Vision statement of the concept of RCH’s ministry among Roma ‘Reconciliation – Health – Hope’.
Rev. Dani also highlighted the congregation community development programme of the Roma Ministry called Together – For One Another, three participants of which also attended the conference, and she also discussed Reconciliation. ‘I enjoyed the personal discussions during the conference. These were the greatest moments – I could feel that what we do is a result not of expectations, but of conviction,’ she reflected.
Burkhard Paetzold, representing PCUSA (Presbyterian Church in the United States of America) gave a talk about the history of the Sinti and Roma groups, and why they are the most marginalized minority within Europe, and in particular in Germany. “I am especially pleased that we are not talking about the Roma, we are talking to them about the issues that affect them,” said the mission representative of PCUSA.
On Tuesday, the conference focused on sharing and learning about good practices. Athenagoras Loukataris of the Greek Orthodox Church serves in a Roma ghetto, the largest not only in Thessaloniki, but also in all of Northern Greece. The Father works with youth who have been shunned by their family, or see no alternative in their lives to drugs, deviance or prison. And the results? A winner in a robotics competition in the United States, the discovery of various talents (e.g. a boy who made it to the final in the Greek X Factor), and many-many lambs finding God.
Rev. Miki Kamberovic, Board Member of Roma Networks, presented the Roma ministry work of the Serbian Pentecostal Church: the variety of services provided by the denomination, which include spiritual, educational, social and recreational programmes, reach over two thousand people directly. ‘Perform your ministry courageously, from the heart and out of love – only this way will it bear fruit,’ Rev Kamberovic encouraged his audience.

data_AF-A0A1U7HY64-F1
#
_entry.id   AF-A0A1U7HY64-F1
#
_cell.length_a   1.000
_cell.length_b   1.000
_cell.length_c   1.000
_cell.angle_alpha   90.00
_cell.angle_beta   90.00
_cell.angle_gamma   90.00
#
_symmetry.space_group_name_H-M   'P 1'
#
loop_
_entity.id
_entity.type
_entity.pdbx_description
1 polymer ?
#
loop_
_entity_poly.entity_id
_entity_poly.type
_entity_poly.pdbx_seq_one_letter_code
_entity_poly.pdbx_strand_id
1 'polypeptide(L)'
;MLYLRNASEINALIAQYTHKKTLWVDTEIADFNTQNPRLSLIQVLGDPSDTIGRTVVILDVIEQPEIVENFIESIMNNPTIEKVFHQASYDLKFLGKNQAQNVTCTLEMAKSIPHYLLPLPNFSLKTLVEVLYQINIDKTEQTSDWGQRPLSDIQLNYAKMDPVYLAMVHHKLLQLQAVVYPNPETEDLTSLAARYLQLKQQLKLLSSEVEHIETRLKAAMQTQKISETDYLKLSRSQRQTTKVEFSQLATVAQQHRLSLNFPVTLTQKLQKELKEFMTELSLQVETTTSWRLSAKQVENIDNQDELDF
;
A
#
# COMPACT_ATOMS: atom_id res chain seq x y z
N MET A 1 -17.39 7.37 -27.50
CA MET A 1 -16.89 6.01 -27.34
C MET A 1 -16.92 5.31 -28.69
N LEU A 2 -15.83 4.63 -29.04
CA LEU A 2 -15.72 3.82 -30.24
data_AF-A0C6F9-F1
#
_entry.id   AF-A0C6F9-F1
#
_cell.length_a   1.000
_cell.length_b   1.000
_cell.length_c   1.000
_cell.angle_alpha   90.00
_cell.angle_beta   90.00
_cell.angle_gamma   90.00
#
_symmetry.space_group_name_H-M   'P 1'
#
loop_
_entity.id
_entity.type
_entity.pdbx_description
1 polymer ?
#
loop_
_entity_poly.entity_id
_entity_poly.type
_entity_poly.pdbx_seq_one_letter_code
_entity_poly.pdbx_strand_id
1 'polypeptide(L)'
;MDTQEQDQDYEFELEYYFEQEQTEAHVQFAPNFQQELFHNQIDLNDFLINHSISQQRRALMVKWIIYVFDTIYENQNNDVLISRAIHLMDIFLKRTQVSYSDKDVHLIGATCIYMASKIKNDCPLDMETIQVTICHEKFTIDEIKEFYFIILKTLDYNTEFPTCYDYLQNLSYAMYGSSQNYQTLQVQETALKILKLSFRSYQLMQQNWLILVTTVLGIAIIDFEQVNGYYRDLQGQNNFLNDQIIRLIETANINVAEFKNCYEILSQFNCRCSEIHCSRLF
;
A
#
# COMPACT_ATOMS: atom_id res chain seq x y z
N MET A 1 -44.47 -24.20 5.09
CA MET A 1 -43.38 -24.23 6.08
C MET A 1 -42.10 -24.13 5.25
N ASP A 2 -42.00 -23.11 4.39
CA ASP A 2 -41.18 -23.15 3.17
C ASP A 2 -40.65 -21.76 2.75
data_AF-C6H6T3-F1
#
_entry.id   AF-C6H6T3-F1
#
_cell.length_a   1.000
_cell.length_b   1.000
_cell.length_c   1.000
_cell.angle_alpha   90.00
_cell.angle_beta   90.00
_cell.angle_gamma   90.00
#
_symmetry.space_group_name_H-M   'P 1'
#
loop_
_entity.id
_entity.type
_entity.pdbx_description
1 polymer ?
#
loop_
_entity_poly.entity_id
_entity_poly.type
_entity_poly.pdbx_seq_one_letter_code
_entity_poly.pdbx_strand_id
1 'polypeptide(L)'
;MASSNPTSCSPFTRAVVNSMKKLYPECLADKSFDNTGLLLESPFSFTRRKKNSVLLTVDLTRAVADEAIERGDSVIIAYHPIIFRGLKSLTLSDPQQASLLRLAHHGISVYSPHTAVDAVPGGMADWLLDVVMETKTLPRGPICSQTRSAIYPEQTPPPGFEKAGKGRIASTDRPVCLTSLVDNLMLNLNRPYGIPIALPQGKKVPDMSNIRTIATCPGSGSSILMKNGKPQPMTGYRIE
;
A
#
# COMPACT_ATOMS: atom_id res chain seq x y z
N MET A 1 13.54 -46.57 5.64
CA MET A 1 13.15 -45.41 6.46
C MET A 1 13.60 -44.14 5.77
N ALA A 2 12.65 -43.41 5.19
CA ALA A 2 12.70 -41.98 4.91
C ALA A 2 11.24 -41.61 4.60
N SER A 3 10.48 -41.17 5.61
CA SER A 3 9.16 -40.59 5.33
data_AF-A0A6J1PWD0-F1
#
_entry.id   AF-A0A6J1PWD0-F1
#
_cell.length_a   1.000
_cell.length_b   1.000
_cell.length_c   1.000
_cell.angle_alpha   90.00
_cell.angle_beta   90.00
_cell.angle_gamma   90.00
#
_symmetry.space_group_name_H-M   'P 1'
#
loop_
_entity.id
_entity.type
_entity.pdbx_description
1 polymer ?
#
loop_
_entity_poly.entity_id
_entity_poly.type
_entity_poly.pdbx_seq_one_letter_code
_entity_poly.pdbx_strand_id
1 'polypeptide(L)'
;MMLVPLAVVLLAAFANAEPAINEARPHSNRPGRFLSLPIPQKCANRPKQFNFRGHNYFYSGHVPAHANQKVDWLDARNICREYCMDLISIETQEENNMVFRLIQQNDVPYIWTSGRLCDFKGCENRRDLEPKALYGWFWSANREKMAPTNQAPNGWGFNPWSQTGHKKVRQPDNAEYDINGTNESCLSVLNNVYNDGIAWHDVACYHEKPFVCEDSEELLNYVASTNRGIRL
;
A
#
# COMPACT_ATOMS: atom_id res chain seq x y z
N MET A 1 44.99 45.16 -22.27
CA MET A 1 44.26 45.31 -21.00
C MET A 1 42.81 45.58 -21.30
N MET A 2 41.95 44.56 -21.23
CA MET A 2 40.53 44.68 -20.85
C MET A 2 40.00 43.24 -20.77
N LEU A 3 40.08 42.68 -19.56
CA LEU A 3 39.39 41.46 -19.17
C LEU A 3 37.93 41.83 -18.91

After reflecting on what they have heard in a group setting, participants of the conference visited the Reformed Roma Collegium in Budapest, where they could meet the students of the institution and learn about the programmes and opportunities it provides. It was here that the activities of You+Me Reformed Community from Budapest’s District VIII was presented by Rev. István Lakó, Richárd Márton and Vanessa Claro.
The last day of the meeting was devoted to looking back on the presentations, group discussions and field trips of the past days, and looking forward to the challenges ahead. Having been inspired by the Hungarian examples, the participants expressed the need within their own churches/countries to step up for the co-operation of Roma and non-Roma (see: Together – For One Another programme), for the joint work of denominations (see: Protestant Roma Mission Forum), and for reconciliation (see: one of the pillars of the Concept of Roma Ministry).
‘When God created the world, he made it diverse and beautiful. If it is true that he rejoiced in his creation, and he created us in his own image, we must also rejoice in each other,’ said Dénes Gyirgyó.
‘My heart is filled with gratitude for having met these brothers and sisters from different countries, and realizing that many of them face the same problems as we do. We need perseverance for everything, but God provides that for us in our service,’ his wife added. ‘I’m going home with joy, having seen that it is worth struggling, fighting together, regardless of nationality,’ she said.
‘It was great to experience that the conference heavily focused on community building and inclusion,’ said Balázs Ódor, summing up the meeting. ‘We acknowledge that there is a barrier between us, which we must break down from both sides, and this can only happen with the help of the Gospel. The truth found in Christ is not a dry truth. It is my hope that this change will continue in the future by the grace of God.’
Translated by Erzsébet Bölcskei